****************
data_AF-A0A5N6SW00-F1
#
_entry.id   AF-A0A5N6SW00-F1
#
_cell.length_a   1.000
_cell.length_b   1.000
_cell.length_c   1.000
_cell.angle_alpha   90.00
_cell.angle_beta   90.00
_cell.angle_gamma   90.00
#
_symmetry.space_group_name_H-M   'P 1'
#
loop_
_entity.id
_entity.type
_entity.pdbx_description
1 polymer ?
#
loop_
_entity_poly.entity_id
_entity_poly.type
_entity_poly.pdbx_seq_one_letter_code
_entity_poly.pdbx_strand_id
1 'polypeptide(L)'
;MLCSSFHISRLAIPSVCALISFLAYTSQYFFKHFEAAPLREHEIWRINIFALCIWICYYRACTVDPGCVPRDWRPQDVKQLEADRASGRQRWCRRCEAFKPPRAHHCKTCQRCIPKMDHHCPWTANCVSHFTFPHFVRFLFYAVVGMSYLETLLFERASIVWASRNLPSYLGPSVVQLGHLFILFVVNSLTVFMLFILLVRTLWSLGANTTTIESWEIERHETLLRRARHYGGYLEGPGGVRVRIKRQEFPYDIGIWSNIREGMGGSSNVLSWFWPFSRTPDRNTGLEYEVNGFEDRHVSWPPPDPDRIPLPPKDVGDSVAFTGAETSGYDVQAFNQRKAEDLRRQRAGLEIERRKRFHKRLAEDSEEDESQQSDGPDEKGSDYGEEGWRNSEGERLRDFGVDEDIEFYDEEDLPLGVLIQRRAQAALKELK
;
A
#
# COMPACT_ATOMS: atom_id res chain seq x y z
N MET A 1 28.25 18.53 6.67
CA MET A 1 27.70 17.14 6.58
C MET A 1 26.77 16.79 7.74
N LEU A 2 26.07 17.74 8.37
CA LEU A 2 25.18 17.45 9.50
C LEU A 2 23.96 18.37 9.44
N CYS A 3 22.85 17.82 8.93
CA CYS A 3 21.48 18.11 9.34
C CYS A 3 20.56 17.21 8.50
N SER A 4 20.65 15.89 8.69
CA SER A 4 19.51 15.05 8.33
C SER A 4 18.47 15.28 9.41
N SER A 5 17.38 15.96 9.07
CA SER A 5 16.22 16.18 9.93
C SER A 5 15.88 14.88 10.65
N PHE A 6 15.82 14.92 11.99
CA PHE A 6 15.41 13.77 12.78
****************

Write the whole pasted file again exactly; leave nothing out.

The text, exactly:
data_AF-A0A5N6SW00-F1
#
_entry.id   AF-A0A5N6SW00-F1
#
_cell.length_a   1.000
_cell.length_b   1.000
_cell.length_c   1.000
_cell.angle_alpha   90.00
_cell.angle_beta   90.00
_cell.angle_gamma   90.00
#
_symmetry.space_group_name_H-M   'P 1'
#
loop_
_entity.id
_entity.type
_entity.pdbx_description
1 polymer ?
#
loop_
_entity_poly.entity_id
_entity_poly.type
_entity_poly.pdbx_seq_one_letter_code
_entity_poly.pdbx_strand_id
1 'polypeptide(L)'
;MLCSSFHISRLAIPSVCALISFLAYTSQYFFKHFEAAPLREHEIWRINIFALCIWICYYRACTVDPGCVPRDWRPQDVKQLEADRASGRQRWCRRCEAFKPPRAHHCKTCQRCIPKMDHHCPWTANCVSHFTFPHFVRFLFYAVVGMSYLETLLFERASIVWASRNLPSYLGPSVVQLGHLFILFVVNSLTVFMLFILLVRTLWSLGANTTTIESWEIERHETLLRRARHYGGYLEGPGGVRVRIKRQEFPYDIGIWSNIREGMGGSSNVLSWFWPFSRTPDRNTGLEYEVNGFEDRHVSWPPPDPDRIPLPPKDVGDSVAFTGAETSGYDVQAFNQRKAEDLRRQRAGLEIERRKRFHKRLAEDSEEDESQQSDGPDEKGSDYGEEGWRNSEGERLRDFGVDEDIEFYDEEDLPLGVLIQRRAQAALKELK
;
A
#
# COMPACT_ATOMS: atom_id res chain seq x y z
N MET A 1 28.25 18.53 6.67
CA MET A 1 27.70 17.14 6.58
C MET A 1 26.77 16.79 7.74
N LEU A 2 26.07 17.74 8.37
CA LEU A 2 25.18 17.45 9.50
C LEU A 2 23.96 18.37 9.44
N CYS A 3 22.85 17.82 8.93
CA CYS A 3 21.48 18.11 9.34
C CYS A 3 20.56 17.21 8.50
N SER A 4 20.65 15.89 8.69
CA SER A 4 19.51 15.05 8.33
C SER A 4 18.47 15.28 9.41
N SER A 5 17.38 15.96 9.07
CA SER A 5 16.22 16.18 9.93
C SER A 5 15.88 14.88 10.65
N PHE A 6 15.82 14.92 11.99
CA PHE A 6 15.41 13.77 12.78